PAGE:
Definition 1. (trustworthy node). The trustworthy node will behave legitimately to all the network events. Such a node will do its best to avoid packet drops and forward each packet to the desired next hop. A trustworthy node will hold the latest DCL packet, and all the routing decisions will be carried out only based on the available information in the DCL. Such nodes will strictly follow the rules associated with the node joining procedure. Also, the trustworthy node will perform all the optimizations required for maintaining the residual energy at a satisfying level. Any malicious interruptions can mislead the network entities from the above etiquettes. A trustworthy node must be able to withstand all such malicious interventions.

4.1. Event-Based Trust Assessment

All nodes in the network will compute event-based trust (ETij) about all other nodes in their occupying cluster. All such assessed values along with their own self-assessed score will be sent to the edge node for identifying the malicious nodes. The event-based trust assessment involves two levels, edge independent direct assessment and edge-based indirect assessment. Both assessments will consider different network events for computing the trust score.

4.1.1. Edge Independent Direct Assessment (Level 1)

All nodes will compute the event-based direct trust (DTij) of their neighboring nodes and that will be saved in the Local Trust Table (LTT).

Definition 2. (direct trust). It can be defined as the trustworthiness of that node toward the neighboring nodes. A neighboring node can compute the same by considering all the events occurring directly between them. The predicted response for every event will be identified at the initial level. The neighboring node will observe the evaluating node for a certain period. All the responses of the observed node for the occurring events will be examined closely. The prioritized or nonprioritized score can be assigned to all the responses. Direct trust can be formulated based on the obtained score values.
The direct trust can be computed using The events considered for calculating the direct trust have been selected based on data transmission, DCL distribution, neighbor discovery process, and path determination. The events associated with the above-mentioned actions have been listed in Table 1. All the events which can produce a significant impact on results are considered for the direct trust evaluation. The events which have occurred in the desired fashion will contribute a positive score to the direct trust evaluation, and all undesired events will contribute a negative score. The initial Direct Trust Score will be assigned as “0” for newly joined nodes. Based on the involvement in the network, the Direct Trust Score of a neighboring node will be incremented or decremented by the assessing node.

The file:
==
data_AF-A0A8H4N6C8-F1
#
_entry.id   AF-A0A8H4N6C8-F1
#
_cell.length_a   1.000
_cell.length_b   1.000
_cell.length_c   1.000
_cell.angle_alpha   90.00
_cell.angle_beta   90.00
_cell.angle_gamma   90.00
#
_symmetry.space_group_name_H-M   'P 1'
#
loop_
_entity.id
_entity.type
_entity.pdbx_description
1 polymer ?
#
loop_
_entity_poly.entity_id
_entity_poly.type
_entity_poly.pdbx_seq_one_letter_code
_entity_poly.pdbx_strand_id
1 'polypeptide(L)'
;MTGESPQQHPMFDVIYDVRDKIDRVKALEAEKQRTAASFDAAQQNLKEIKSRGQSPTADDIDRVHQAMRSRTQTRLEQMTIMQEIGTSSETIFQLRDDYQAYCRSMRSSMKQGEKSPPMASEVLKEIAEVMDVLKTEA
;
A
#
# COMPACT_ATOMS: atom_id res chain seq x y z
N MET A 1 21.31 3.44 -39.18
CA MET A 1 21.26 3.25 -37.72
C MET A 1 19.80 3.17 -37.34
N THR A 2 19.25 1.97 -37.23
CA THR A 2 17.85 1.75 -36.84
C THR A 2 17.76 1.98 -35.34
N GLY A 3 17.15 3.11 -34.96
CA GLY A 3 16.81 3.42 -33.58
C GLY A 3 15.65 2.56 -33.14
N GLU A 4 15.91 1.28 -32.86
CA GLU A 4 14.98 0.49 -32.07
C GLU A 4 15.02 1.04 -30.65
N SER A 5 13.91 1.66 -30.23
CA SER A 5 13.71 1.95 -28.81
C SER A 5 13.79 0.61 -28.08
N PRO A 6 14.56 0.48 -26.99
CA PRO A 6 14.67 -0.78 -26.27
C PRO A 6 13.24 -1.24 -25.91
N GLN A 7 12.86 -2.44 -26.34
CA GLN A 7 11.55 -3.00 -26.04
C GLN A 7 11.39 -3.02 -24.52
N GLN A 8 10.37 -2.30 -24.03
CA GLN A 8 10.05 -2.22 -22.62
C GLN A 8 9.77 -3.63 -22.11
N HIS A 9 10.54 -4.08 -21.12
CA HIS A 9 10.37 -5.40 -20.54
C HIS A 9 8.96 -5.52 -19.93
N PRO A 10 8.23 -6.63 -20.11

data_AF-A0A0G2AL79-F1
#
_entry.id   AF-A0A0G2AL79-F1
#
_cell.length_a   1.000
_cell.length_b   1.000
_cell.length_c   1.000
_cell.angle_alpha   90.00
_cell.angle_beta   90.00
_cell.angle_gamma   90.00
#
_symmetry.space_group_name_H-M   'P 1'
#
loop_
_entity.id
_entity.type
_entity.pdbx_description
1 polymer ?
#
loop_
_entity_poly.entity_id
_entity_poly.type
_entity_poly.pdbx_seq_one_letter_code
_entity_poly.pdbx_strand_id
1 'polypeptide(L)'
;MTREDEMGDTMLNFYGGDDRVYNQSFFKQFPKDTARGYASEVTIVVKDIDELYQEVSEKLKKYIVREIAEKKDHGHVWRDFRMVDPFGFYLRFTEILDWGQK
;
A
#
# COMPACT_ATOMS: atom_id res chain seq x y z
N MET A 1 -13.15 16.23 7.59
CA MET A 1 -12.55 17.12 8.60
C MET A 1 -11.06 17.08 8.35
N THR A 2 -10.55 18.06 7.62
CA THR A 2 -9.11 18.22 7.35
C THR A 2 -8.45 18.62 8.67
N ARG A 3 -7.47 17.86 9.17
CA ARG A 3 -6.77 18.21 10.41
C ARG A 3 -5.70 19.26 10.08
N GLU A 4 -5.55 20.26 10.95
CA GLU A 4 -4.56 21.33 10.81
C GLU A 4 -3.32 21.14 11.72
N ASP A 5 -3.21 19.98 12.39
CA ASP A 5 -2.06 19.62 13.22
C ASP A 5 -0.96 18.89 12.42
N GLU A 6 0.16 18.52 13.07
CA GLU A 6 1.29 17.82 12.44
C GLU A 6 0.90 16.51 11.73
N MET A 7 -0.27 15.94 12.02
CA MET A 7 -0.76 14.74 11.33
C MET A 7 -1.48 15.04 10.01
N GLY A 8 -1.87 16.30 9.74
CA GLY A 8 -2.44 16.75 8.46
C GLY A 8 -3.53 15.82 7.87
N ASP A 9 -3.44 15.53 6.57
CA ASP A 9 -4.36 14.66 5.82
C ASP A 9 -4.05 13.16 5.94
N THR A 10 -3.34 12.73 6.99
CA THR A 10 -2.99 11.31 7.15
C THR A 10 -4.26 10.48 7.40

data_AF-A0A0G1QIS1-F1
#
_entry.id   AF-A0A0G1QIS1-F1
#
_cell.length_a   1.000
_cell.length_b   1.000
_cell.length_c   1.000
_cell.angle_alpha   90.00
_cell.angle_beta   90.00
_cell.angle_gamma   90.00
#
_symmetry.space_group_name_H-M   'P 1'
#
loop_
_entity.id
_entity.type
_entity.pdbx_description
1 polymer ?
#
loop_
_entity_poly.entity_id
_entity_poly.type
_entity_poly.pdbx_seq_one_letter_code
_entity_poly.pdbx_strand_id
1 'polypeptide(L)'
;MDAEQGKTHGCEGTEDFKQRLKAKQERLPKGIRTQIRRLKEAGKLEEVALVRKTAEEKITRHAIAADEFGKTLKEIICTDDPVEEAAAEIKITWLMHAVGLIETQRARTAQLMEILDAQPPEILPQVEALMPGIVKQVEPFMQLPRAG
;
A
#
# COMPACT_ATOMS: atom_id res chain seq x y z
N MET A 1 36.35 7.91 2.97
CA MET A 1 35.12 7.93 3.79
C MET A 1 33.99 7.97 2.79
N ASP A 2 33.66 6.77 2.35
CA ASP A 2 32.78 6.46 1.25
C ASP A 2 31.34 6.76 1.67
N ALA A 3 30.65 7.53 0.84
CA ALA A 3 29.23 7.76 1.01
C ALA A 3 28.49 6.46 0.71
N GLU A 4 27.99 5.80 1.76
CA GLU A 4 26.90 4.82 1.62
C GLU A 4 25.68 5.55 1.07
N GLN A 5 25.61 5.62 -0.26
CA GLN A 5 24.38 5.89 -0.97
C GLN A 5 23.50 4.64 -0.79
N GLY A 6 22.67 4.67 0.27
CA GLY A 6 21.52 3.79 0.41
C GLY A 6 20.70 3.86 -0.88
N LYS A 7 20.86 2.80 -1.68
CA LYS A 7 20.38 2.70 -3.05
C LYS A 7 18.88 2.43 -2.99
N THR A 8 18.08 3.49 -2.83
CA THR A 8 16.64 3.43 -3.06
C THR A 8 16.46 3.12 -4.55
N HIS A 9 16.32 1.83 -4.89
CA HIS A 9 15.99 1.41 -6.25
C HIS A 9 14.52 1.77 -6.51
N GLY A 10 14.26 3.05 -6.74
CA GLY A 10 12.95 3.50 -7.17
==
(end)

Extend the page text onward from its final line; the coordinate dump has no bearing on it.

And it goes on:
The following events will be considered by node “ni” during the direct assessment of neighboring node “nj”.
The Local Trust Table will be shared with the edge node, and further updates will be communicated at regular intervals. Based on the same, the edge server will construct a Global Trust Table (GTT) where each column represents the direct trust about a single node contributed by the neighboring nodes.

4.1.2. Edge-Based Indirect Assessment (Level 2)

The node “ni” will compute the event-based indirect trust of other cluster members by considering some network events. The events considered for the calculation of indirect trust have been listed in Table 2.

Node movement, node joining procedure, residual energy, and acknowledgment process have been considered for calculating the indirect trust. The neighboring node will compare the residual energy with a value that has been explicitly derived based on the application, to determine the score (+1 or a −1). Since the data about all the above-listed events are obtained from the edge node, the assessment is considered an indirect assessment.

Definition 3. (indirect trust). The indirect trust of a node can be defined as the measure of desirability in general network events. A node can calculate the indirect trust of its neighboring nodes by obtaining the necessary information from the monitoring authority (connected edge node). All the general network events can be considered for this evaluation. Since a normal network entity does not have access to the log data of general events, the data need to be obtained from the connected edge node. Thus, the evaluation completely depends upon the data provided by a third entity. Thus, the evaluation has been termed an indirect evaluation.
The event-based indirect trust (ITij) of node “nj” can be computed using Both direct trust and indirect trust are equally significant while computing event-based trust.

4.1.3. Event-Based Trust (ETij)

In order to calculate the event-based trust, the direct trust values (DTij) about the assessed node (nj) will be obtained from the GTT. The edge node will send the values listed in the column corresponding to the assessed node. After getting the direct trust values, the assessing node (ni) will do the following computations to nullify the effect of malicious contributions.

As an initial step, the average value of all the received direct trust values about node “nj” will be computed. It includes the contributions from “m” contributing nodes that have the direct connectivity (neighbors) with node “nj”. The deviation of each Direct Trust Value from the average value will be computed and listed as follows:

The largest deviation value among the obtained deviations can be represented as LD. The weight values for nullifying the effect of malicious contributions can be computed using the following equations:

The received direct trust values will be multiplied with the corresponding weight values, and the average of obtained results will be the malicious free average of received direct trust values (MFDTij) about node “nj”:

Thus, the malicious contributions cannot tamper with the individual trust assessment process. The node “ni” can compute the final event-based trust (ETij) of node “nj” using equation (12):